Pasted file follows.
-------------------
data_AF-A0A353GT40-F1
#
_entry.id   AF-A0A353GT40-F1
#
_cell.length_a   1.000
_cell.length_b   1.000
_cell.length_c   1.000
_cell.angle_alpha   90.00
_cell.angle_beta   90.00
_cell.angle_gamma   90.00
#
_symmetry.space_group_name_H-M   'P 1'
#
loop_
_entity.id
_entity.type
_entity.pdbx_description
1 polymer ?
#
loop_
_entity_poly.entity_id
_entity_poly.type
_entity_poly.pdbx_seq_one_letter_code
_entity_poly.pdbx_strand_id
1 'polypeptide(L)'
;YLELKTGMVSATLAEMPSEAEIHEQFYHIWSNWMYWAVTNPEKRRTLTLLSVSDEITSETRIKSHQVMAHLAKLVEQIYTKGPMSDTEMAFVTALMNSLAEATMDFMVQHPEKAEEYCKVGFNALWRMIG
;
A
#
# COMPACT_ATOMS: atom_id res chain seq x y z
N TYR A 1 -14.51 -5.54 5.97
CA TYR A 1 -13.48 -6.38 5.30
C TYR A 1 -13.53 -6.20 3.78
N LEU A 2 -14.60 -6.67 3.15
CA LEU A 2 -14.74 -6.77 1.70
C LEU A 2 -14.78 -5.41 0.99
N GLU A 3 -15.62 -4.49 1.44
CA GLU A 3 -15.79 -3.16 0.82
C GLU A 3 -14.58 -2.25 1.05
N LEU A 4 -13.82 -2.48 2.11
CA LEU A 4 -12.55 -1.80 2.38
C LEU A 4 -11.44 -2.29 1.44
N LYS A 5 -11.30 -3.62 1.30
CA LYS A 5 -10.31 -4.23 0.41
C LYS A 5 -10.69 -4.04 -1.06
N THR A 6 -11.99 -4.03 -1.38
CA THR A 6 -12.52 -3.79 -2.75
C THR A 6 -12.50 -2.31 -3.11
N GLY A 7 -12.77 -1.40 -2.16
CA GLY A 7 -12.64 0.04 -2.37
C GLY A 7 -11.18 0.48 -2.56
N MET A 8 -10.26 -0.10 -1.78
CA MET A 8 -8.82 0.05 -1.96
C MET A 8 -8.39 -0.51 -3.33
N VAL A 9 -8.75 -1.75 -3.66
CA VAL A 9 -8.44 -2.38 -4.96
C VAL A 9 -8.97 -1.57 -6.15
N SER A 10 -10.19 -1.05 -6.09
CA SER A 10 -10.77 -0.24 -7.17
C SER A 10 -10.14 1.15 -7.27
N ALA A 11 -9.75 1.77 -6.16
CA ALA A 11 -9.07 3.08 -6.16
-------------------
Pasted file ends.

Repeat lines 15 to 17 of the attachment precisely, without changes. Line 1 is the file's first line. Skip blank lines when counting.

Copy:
_entity.id
_entity.type
_entity.pdbx_description